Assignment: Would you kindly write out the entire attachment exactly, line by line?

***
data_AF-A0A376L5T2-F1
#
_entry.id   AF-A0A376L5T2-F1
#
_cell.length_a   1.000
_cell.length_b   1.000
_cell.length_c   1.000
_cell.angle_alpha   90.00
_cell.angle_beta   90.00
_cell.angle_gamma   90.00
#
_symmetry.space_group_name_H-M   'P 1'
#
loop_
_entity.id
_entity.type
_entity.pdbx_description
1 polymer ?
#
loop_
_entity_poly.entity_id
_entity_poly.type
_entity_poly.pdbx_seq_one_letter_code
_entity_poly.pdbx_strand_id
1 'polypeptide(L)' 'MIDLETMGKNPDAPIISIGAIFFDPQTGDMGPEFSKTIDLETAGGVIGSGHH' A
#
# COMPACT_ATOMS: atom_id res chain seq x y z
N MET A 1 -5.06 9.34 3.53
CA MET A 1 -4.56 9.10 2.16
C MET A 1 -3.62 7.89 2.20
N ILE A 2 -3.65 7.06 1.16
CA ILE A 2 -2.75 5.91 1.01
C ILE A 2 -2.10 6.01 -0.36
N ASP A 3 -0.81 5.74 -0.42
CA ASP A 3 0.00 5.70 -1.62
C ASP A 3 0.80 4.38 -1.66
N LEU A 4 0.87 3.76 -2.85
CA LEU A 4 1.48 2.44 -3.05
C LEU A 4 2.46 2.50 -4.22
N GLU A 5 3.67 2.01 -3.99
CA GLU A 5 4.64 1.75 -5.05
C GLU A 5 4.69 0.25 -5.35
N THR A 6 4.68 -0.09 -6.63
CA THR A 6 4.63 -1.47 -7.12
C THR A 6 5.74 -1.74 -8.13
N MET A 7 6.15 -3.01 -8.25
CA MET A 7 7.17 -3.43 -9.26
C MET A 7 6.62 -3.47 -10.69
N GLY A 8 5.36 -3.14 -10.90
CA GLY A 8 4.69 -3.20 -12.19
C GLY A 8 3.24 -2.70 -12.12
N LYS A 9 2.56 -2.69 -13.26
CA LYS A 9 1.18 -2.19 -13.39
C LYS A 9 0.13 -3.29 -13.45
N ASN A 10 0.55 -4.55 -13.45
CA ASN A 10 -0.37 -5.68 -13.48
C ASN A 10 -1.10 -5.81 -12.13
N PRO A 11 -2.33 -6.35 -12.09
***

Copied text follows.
data_AF-A0A376L5T2-F1
#
_entry.id   AF-A0A376L5T2-F1
#
_cell.length_a   1.000
_cell.length_b   1.000
_cell.length_c   1.000
_cell.angle_alpha   90.00
_cell.angle_beta   90.00
_cell.angle_gamma   90.00
#
_symmetry.space_group_name_H-M   'P 1'
#
loop_
_entity.id
_entity.type
_entity.pdbx_description
1 polymer ?
#
loop_
_entity_poly.entity_id
_entity_poly.type
_entity_poly.pdbx_seq_one_letter_code
_entity_poly.pdbx_strand_id
1 'polypeptide(L)' 'MIDLETMGKNPDAPIISIGAIFFDPQTGDMGPEFSKTIDLETAGGVIGSGHH' A
#
# COMPACT_ATOMS: atom_id res chain seq x y z
N MET A 1 -5.06 9.34 3.53
CA MET A 1 -4.56 9.10 2.16
C MET A 1 -3.62 7.89 2.20
N ILE A 2 -3.65 7.06 1.16
CA ILE A 2 -2.75 5.91 1.01
C ILE A 2 -2.10 6.01 -0.36
N ASP A 3 -0.81 5.74 -0.42
CA ASP A 3 0.00 5.70 -1.62
C ASP A 3 0.80 4.38 -1.66
N LEU A 4 0.87 3.76 -2.85
CA LEU A 4 1.48 2.44 -3.05
C LEU A 4 2.46 2.50 -4.22
N GLU A 5 3.67 2.01 -3.99
CA GLU A 5 4.64 1.75 -5.05
C GLU A 5 4.69 0.25 -5.35
N THR A 6 4.68 -0.09 -6.63
CA THR A 6 4.63 -1.47 -7.12
C THR A 6 5.74 -1.74 -8.13
N MET A 7 6.15 -3.01 -8.25
CA MET A 7 7.17 -3.43 -9.26
C MET A 7 6.62 -3.47 -10.69
N GLY A 8 5.36 -3.14 -10.90
CA GLY A 8 4.69 -3.20 -12.19
C GLY A 8 3.24 -2.70 -12.12
N LYS A 9 2.56 -2.69 -13.26
CA LYS A 9 1.18 -2.19 -13.39
C LYS A 9 0.13 -3.29 -13.45
N ASN A 10 0.55 -4.55 -13.45
CA ASN A 10 -0.37 -5.68 -13.48
C ASN A 10 -1.10 -5.81 -12.13
N PRO A 11 -2.33 -6.35 -12.09